Essentials To Planning For A Successful Retirement
- Volume 17 - Issue 3 - March 2004
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The fantasy of retirement is one which many people occasionally turn to in order to get through the difficult stretches of a workday. The warm, sandy beaches of the mind are crowded with reclining metal chairs and the residue of tropical drinks that have no name, fishing poles bent in the direction of luckless mahi-mahi, and thousands of flip-flopped feet, attached to dozing, lotioned bodies.
The reality of retirement, however, can knock the taste of salty air right out of your mouth. There are no true statistics that can tell how many of us are financially underprepared for our winter years, but rest assured there are likely more than any Gallup Poll could possibly reach. Medical practitioners also must be aware of the challenges their chosen profession poses for successful retirement planning. No one wants to work forever, but how can you tell if you have the financial wherewithal to stop working?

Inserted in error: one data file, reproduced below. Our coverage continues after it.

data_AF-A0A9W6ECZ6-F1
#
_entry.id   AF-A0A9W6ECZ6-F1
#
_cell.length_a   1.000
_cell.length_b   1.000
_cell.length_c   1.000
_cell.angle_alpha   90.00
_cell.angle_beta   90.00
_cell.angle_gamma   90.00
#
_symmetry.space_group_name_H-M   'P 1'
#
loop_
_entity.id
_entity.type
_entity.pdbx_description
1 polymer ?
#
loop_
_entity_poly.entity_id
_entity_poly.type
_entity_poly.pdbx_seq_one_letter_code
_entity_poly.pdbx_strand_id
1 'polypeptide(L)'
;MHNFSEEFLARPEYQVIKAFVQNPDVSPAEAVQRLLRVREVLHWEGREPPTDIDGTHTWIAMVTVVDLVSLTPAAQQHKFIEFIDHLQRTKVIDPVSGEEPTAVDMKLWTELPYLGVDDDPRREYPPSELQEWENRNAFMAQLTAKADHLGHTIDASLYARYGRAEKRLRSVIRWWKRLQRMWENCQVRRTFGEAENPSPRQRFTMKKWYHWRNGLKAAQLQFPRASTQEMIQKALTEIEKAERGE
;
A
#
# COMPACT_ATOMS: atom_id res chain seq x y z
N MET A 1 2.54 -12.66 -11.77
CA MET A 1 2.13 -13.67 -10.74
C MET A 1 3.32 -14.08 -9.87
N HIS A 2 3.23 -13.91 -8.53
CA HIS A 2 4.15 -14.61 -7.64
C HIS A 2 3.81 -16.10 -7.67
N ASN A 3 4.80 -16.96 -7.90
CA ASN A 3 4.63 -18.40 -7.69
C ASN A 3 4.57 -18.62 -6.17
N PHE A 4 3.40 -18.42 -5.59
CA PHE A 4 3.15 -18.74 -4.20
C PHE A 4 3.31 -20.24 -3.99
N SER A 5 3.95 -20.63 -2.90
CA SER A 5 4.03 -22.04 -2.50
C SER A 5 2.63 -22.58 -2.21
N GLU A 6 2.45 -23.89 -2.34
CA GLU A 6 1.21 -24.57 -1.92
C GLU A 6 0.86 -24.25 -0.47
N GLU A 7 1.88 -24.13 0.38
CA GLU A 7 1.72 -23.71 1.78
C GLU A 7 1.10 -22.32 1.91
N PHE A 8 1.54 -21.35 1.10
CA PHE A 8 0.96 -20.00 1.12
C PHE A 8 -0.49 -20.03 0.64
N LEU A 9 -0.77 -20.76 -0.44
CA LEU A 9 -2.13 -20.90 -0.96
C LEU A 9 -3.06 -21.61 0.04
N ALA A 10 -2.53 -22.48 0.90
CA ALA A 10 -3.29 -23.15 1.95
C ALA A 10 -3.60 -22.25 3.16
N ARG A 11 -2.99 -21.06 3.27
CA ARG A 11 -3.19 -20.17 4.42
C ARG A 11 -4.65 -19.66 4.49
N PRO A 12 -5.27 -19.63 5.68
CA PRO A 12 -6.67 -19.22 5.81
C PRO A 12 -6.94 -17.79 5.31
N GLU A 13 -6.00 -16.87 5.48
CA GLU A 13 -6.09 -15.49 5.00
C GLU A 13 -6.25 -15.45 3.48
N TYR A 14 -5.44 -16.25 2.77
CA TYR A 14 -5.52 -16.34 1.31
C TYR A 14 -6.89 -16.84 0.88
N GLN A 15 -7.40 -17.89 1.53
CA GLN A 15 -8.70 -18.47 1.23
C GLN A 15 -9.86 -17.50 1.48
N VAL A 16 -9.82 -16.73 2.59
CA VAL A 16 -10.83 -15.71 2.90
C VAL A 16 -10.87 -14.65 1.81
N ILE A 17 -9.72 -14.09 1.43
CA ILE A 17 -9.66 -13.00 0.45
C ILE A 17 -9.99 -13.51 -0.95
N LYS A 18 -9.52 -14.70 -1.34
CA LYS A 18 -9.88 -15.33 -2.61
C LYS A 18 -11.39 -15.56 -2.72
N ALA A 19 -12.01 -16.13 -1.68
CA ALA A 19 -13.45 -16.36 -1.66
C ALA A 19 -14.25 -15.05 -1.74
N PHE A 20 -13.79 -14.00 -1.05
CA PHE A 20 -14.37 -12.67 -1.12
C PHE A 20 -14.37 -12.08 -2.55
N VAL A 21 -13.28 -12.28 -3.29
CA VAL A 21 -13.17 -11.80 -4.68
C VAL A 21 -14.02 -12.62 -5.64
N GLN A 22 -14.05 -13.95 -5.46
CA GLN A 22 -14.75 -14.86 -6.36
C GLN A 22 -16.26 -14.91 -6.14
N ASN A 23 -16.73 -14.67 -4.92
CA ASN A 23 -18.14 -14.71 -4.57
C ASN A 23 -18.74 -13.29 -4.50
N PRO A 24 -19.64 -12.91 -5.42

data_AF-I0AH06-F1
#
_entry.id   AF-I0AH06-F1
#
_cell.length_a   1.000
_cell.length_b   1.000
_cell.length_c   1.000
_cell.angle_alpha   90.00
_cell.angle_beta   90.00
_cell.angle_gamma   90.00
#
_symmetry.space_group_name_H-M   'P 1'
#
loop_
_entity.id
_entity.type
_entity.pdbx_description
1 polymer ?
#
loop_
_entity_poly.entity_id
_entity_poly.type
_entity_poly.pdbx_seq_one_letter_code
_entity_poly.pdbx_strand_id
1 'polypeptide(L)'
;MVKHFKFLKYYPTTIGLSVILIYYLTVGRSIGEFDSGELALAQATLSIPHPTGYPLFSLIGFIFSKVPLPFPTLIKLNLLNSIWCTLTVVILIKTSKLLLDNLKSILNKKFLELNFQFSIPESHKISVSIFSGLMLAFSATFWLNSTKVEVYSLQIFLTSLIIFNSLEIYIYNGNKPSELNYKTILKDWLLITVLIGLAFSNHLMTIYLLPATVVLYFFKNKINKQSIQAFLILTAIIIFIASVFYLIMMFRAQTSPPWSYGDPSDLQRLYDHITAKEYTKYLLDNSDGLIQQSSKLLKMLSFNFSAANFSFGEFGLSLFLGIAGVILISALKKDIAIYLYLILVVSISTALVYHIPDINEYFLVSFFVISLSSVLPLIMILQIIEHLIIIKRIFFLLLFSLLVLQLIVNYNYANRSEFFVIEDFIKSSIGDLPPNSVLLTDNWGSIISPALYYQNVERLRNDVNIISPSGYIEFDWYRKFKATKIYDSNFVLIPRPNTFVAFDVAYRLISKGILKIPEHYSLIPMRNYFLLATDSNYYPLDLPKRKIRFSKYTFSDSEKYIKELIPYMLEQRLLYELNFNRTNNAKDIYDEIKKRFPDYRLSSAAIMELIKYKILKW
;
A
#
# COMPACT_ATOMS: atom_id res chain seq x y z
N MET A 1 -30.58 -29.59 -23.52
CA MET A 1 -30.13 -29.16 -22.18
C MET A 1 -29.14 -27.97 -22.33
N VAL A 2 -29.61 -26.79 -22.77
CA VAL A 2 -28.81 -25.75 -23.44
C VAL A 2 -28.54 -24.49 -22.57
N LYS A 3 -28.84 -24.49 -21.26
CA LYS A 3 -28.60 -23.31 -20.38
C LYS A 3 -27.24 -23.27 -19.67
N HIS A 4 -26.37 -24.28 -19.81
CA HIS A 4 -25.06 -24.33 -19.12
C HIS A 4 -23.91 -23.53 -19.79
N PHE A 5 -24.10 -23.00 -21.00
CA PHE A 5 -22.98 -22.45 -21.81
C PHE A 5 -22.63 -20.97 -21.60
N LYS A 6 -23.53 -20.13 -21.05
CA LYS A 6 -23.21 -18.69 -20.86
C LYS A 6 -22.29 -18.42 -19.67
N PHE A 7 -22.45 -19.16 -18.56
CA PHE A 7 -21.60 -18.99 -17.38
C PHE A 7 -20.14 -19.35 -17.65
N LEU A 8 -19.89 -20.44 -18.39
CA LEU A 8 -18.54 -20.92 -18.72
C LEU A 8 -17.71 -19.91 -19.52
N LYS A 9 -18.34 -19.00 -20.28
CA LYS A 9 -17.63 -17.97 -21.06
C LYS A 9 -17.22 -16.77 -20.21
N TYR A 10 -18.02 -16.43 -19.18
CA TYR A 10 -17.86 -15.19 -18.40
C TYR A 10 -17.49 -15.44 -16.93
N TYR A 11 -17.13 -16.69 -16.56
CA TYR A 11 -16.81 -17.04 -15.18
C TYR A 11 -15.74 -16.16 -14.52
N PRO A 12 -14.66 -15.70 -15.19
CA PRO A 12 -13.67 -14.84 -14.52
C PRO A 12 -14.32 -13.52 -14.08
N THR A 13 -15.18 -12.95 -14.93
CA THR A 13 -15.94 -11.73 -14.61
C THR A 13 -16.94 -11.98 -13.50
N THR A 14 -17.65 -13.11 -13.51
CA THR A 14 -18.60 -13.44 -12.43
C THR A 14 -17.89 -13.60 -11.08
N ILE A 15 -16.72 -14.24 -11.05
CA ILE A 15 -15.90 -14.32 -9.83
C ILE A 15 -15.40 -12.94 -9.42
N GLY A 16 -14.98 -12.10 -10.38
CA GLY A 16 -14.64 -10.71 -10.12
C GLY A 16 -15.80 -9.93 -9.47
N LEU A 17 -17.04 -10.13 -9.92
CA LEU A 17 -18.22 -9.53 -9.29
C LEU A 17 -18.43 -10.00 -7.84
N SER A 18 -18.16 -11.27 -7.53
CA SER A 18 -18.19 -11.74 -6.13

“Traditionally, a well-conceived retirement plan consisted of tax reduction planning, various insurance matters, investing and portfolio management, practice succession and estate planning,” explains David Marcinko, DPM, MBA, a healthcare economist.
“For modern physicians, these disciplines and many more must be incorporated into the mix, and in a managerially and psychologically sound manner that is not counterproductive to individual components of the retirement plan. As a sobering caveat, the integration of these protean disciplines is no longer an academic luxury, but a pragmatic survival imperative.”